Despite hiring the reigning NBA Coach of the Year in Dwane Casey, the Pistons’ win projection is actually lower than their win total from last season. Still, the Pistons, who have only one playoff appearance in the past nine seasons, are projected to be in the mix for a playoff spot with Casey’s leadership and a full season of Blake Griffin.


9. Charlotte Hornets
Projected record: 35-47
Last season: 36-46

The Hornets are hoping some of the Spurs’ mojo rubs off on them. Charlotte hired former San Antonio assistant James Borrego to be its coach, then signed veteran guard Tony Parker. But tough decisions loom about the future of key players, including Kemba Walker and Michael Kidd-Gilchrist, on a Hornets team that has won only 36 games in each of the past two seasons.


10. Brooklyn Nets
Projected record: 32-50
Last season: 28-54

GM Sean Marks and coach Kenny Atkinson have done a nice job getting an asset-deprived program back on the road to respectability. But it’s reflective of just how poor the bottom of the East is that the Nets are pegged to finish above five teams during the rare instance they actually own their first-round pick.


11. Cleveland Cavaliers
Projected record: 31-51
Last season: 50-32

We see the LeBron Effect out West, with the Lakers projected to vault to a playoff team this season. Well, here’s the other side of the coin: The Cavaliers dropped from a projected 52 wins last season to 31 this year. Kevin Love faces an uphill battle to keep the Cavaliers in contention.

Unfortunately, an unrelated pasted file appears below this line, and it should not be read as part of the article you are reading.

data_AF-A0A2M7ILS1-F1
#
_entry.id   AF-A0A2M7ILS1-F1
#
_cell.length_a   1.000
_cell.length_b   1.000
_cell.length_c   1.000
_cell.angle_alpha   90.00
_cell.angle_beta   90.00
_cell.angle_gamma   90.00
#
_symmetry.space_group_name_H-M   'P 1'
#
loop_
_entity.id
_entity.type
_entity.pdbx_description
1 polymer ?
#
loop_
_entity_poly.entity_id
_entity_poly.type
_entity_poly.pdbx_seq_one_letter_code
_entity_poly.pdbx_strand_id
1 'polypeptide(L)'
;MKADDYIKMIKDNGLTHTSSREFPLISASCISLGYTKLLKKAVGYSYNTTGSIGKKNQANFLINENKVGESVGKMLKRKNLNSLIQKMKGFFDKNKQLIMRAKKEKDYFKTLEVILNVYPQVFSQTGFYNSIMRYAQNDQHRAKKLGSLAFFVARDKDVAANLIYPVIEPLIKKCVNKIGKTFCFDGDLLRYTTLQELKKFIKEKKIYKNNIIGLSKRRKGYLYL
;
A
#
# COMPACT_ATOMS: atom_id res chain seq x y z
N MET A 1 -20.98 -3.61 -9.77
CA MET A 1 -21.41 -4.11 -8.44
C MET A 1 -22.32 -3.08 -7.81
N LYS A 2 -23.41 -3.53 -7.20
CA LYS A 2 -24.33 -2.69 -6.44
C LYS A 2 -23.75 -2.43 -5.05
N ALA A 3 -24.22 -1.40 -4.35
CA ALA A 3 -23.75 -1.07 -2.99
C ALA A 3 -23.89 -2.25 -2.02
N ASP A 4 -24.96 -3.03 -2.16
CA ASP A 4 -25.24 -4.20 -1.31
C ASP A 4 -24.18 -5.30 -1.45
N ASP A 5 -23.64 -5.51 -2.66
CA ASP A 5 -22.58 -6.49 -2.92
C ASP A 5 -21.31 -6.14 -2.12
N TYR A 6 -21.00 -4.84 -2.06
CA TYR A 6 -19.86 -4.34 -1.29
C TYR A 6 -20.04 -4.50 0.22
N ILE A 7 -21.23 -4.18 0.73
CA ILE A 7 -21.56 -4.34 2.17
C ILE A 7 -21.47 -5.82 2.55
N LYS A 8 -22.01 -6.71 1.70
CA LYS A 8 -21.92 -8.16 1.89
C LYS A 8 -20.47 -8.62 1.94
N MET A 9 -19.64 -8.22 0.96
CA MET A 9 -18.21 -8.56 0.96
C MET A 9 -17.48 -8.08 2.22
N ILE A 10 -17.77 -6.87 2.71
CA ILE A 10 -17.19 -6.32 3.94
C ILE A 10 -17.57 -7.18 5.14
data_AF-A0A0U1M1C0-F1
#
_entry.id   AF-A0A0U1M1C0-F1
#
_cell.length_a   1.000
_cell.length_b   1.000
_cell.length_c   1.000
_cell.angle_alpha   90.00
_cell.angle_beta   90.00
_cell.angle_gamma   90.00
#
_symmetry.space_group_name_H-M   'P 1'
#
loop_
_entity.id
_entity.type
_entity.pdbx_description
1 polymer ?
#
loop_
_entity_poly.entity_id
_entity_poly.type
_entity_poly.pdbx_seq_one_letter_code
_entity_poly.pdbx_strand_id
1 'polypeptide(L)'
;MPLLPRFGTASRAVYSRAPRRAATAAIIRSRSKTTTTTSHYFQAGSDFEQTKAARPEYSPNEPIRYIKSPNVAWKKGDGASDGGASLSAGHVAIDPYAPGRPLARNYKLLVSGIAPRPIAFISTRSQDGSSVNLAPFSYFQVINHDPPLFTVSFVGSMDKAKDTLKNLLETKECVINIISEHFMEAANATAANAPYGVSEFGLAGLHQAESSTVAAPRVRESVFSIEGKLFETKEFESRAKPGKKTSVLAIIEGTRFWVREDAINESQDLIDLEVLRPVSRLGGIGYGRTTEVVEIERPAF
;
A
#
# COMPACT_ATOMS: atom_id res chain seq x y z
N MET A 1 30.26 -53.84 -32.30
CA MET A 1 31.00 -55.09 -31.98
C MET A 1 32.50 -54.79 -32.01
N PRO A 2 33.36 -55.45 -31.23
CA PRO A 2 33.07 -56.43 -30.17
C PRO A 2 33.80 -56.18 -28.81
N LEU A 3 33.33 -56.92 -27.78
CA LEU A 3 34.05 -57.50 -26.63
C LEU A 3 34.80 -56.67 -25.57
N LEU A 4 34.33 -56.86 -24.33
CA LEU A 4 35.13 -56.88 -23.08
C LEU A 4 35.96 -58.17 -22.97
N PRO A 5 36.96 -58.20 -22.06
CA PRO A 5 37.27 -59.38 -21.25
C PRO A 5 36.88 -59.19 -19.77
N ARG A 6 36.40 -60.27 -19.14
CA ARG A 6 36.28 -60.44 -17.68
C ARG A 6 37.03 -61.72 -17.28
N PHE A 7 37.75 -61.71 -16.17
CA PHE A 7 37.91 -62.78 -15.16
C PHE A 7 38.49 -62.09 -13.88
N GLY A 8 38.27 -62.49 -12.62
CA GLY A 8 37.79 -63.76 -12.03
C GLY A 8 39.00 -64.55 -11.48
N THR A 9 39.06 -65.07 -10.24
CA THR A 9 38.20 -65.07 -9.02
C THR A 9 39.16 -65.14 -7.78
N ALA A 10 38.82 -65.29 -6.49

12. Orlando Magic
Projected record: 30-52
Last season: 25-57

Steve Clifford will be the latest head coach to try to harness the talents of Orlando’s fleet of unique young big men, including first-round pick Mohamed Bamba. After a big summer payday, Aaron Gordon must figure out how to get a team that has missed the playoffs six straight years out of lottery mode.


T-13. Chicago Bulls
Projected record: 28-54
Last season: 27-55

Say this about the Bulls: They don’t seem content to stand pat. Chicago paid to retain Zach LaVine, nabbed free-agent Jabari Parker and drafted Wendell Carter Jr. With Lauri Markkanen and Kris Dunn, the Bulls have an intriguing mix of talent — or at least more than 28 projected wins might suggest.


T-13. New York Knicks
Projected record: 28-54
Last season: 29-53

New head coach David Fizdale won’t have the services of a still-rehabbing Kristaps Porzingis to start the season. But lots of reps for Kevin Knox and securing another lottery pick probably isn’t the worst outcome for a Knicks team hoping it can lure an elite star to New York during the summer of 2019.


15. Atlanta Hawks
Projected record: 22-60
Last season: 24-58

First-year coach Lloyd Pierce has three first-round picks to trot out in Trae Young, Kevin Huerter and Omari Spellman. The Hawks are playing the long game, which means they’ll be short on wins for the foreseeable future. But hitting on draft picks and managing their cap might just be the fastest path back to respectability.

— Chris Forsberg

Western Conference standings


1. Golden State Warriors
Projected record: 61-21
Last season: 58-24

Boredom was probably the Warriors’ biggest problem last regular season, and the signing of All-Star center DeMarcus Cousins definitely adds some excitement. It isn’t clear when Cousins will make his Golden State debut, but when he does, the opportunity (and challenge) of implementing another dominant scorer should command the Warriors’ attention, along with everyone else watching the NBA.


2. Houston Rockets
Projected record: 57-25
Last season: 65-17